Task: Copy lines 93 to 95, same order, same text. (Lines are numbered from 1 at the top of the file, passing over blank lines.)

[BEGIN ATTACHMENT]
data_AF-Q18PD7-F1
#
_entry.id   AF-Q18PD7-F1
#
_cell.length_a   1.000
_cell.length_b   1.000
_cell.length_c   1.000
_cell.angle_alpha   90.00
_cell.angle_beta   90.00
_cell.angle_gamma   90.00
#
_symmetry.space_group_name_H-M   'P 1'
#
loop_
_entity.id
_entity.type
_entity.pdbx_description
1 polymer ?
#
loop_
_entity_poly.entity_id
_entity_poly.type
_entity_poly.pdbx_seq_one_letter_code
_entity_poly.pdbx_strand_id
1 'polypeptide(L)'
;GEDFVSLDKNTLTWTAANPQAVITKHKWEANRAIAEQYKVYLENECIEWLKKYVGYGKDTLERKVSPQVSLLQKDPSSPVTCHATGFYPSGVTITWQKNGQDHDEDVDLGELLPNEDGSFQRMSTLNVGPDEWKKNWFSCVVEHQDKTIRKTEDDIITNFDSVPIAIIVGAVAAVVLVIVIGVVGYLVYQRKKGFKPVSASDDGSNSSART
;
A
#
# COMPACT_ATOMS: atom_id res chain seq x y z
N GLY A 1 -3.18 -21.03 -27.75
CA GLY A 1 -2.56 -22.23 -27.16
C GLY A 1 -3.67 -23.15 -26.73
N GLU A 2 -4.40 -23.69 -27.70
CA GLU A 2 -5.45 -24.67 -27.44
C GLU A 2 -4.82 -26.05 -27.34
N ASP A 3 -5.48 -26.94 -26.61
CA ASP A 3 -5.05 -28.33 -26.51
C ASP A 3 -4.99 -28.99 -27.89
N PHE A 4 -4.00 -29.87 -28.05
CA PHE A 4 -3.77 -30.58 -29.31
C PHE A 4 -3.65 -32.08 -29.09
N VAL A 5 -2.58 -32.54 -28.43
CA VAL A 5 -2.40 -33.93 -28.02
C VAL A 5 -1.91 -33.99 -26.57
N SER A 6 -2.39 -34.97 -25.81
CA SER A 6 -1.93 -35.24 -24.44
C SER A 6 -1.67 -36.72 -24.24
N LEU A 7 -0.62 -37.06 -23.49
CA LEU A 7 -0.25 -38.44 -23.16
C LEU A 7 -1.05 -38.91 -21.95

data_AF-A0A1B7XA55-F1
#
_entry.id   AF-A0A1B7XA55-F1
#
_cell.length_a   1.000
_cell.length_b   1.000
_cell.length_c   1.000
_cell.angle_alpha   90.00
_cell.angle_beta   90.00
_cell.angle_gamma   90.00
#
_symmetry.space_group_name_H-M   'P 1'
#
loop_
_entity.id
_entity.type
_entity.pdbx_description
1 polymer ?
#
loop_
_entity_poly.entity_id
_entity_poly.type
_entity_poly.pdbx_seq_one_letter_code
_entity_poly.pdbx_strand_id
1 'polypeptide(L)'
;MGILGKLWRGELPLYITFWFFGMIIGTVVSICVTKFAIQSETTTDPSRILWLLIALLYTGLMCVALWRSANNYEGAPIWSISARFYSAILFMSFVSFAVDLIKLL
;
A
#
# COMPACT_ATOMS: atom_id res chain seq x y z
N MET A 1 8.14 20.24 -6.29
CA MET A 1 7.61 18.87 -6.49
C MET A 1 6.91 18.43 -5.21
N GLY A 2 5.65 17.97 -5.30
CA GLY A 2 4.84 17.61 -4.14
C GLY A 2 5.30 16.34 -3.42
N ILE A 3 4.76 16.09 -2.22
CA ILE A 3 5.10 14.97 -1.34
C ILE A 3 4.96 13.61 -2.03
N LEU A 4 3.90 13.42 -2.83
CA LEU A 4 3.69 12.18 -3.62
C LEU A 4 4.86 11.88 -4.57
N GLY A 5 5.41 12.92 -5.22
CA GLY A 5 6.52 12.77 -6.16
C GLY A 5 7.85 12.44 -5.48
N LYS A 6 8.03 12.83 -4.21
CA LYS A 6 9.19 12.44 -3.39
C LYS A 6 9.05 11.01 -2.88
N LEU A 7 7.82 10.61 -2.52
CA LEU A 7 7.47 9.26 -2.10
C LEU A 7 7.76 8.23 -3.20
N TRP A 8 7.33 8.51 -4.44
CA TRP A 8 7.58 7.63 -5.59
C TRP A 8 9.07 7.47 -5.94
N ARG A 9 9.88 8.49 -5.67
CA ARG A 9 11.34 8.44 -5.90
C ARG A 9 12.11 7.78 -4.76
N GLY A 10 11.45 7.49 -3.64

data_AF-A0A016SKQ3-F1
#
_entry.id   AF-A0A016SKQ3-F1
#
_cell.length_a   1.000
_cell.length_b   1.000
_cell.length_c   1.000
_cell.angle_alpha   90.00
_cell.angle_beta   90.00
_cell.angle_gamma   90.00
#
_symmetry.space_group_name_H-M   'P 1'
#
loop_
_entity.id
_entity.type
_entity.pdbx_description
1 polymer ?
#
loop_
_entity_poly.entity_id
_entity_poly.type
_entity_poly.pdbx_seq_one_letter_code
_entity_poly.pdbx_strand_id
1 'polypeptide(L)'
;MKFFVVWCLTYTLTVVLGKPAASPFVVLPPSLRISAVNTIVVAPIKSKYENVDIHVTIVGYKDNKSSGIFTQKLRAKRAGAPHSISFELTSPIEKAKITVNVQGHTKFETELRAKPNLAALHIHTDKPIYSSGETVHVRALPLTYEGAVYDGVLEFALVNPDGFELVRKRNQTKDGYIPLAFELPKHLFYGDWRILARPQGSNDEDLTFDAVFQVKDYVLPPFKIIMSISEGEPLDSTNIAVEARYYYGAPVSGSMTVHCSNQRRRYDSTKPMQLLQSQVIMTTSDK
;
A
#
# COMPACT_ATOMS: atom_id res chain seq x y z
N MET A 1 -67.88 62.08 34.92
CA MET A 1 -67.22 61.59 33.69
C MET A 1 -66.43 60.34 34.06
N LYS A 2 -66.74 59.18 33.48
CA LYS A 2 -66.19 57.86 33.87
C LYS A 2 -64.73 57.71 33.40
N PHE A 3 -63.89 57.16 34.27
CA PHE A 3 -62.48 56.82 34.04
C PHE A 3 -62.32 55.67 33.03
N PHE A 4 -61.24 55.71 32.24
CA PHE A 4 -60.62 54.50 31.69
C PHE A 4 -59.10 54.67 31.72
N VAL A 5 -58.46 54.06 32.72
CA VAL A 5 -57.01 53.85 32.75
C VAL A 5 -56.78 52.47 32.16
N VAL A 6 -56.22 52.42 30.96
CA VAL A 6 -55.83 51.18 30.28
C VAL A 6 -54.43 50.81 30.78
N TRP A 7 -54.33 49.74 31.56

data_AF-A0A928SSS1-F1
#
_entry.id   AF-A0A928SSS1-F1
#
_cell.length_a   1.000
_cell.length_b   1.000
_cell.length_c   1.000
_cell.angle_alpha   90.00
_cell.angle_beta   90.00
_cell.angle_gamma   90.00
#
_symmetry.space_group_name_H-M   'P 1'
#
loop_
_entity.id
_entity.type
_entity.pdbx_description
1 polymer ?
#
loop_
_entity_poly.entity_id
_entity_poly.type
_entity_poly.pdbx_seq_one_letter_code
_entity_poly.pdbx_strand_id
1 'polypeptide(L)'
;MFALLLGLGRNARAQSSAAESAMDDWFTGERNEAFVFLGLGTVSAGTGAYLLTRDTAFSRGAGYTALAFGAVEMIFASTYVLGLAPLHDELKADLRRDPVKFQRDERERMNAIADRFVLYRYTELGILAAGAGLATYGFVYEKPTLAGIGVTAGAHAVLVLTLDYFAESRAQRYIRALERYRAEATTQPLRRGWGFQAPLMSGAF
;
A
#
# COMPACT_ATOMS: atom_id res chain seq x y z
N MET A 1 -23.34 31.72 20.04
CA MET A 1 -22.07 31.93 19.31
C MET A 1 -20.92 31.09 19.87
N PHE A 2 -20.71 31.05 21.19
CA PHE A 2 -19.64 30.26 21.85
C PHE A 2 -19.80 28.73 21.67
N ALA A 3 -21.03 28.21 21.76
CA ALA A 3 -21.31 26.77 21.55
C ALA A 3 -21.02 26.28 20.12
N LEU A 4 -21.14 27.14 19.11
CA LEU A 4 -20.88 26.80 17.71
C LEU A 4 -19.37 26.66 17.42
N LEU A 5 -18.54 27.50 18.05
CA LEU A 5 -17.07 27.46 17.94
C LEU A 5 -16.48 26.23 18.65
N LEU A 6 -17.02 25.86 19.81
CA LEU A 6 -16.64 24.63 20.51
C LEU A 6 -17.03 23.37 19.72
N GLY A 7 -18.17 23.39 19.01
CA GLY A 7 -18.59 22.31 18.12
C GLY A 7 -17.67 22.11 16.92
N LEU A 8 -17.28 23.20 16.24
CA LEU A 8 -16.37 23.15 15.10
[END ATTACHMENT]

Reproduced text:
C LEU A 4 4.86 11.88 -4.57
N GLY A 5 5.41 12.92 -5.22
CA GLY A 5 6.52 12.77 -6.16